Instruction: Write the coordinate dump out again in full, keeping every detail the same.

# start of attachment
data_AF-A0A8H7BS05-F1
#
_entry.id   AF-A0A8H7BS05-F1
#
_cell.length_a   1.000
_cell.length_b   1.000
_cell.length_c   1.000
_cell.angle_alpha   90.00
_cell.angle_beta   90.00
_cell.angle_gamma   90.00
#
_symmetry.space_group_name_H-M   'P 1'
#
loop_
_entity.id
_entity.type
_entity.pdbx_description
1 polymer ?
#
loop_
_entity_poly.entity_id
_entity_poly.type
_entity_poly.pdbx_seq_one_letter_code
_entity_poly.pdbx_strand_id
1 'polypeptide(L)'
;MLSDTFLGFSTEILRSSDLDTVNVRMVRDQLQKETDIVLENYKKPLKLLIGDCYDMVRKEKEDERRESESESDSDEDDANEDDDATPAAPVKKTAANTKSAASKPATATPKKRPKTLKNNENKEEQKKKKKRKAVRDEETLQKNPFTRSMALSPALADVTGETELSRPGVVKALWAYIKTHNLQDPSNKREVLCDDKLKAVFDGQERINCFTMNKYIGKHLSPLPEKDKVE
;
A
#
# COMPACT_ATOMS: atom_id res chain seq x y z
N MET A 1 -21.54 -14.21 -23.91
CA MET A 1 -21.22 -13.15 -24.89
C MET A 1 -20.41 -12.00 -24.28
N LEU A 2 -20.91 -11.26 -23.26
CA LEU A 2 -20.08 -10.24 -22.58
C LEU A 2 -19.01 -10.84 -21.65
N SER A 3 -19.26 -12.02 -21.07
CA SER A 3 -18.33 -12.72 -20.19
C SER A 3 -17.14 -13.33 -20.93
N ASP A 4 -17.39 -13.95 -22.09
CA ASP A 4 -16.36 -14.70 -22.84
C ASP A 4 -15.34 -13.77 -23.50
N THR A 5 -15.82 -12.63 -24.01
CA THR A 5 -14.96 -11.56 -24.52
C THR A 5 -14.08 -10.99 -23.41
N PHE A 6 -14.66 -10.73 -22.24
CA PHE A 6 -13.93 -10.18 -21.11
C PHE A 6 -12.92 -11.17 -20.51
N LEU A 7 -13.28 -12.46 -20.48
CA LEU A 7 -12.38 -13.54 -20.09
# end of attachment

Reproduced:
data_AF-A0A8H7BS05-F1
#
_entry.id   AF-A0A8H7BS05-F1
#
_cell.length_a   1.000
_cell.length_b   1.000
_cell.length_c   1.000
_cell.angle_alpha   90.00
_cell.angle_beta   90.00
_cell.angle_gamma   90.00
#
_symmetry.space_group_name_H-M   'P 1'
#
loop_
_entity.id
_entity.type
_entity.pdbx_description
1 polymer ?
#
loop_
_entity_poly.entity_id
_entity_poly.type
_entity_poly.pdbx_seq_one_letter_code
_entity_poly.pdbx_strand_id
1 'polypeptide(L)'
;MLSDTFLGFSTEILRSSDLDTVNVRMVRDQLQKETDIVLENYKKPLKLLIGDCYDMVRKEKEDERRESESESDSDEDDANEDDDATPAAPVKKTAANTKSAASKPATATPKKRPKTLKNNENKEEQKKKKKRKAVRDEETLQKNPFTRSMALSPALADVTGETELSRPGVVKALWAYIKTHNLQDPSNKREVLCDDKLKAVFDGQERINCFTMNKYIGKHLSPLPEKDKVE
;
A
#
# COMPACT_ATOMS: atom_id res chain seq x y z
N MET A 1 -21.54 -14.21 -23.91
CA MET A 1 -21.22 -13.15 -24.89
C MET A 1 -20.41 -12.00 -24.28
N LEU A 2 -20.91 -11.26 -23.26
CA LEU A 2 -20.08 -10.24 -22.58
C LEU A 2 -19.01 -10.84 -21.65
N SER A 3 -19.26 -12.02 -21.07
CA SER A 3 -18.33 -12.72 -20.19
C SER A 3 -17.14 -13.33 -20.93
N ASP A 4 -17.39 -13.95 -22.09
CA ASP A 4 -16.36 -14.70 -22.84
C ASP A 4 -15.34 -13.77 -23.50
N THR A 5 -15.82 -12.63 -24.01
CA THR A 5 -14.96 -11.56 -24.52
C THR A 5 -14.08 -10.99 -23.41
N PHE A 6 -14.66 -10.73 -22.24
CA PHE A 6 -13.93 -10.18 -21.11
C PHE A 6 -12.92 -11.17 -20.51
N LEU A 7 -13.28 -12.46 -20.48
CA LEU A 7 -12.38 -13.54 -20.09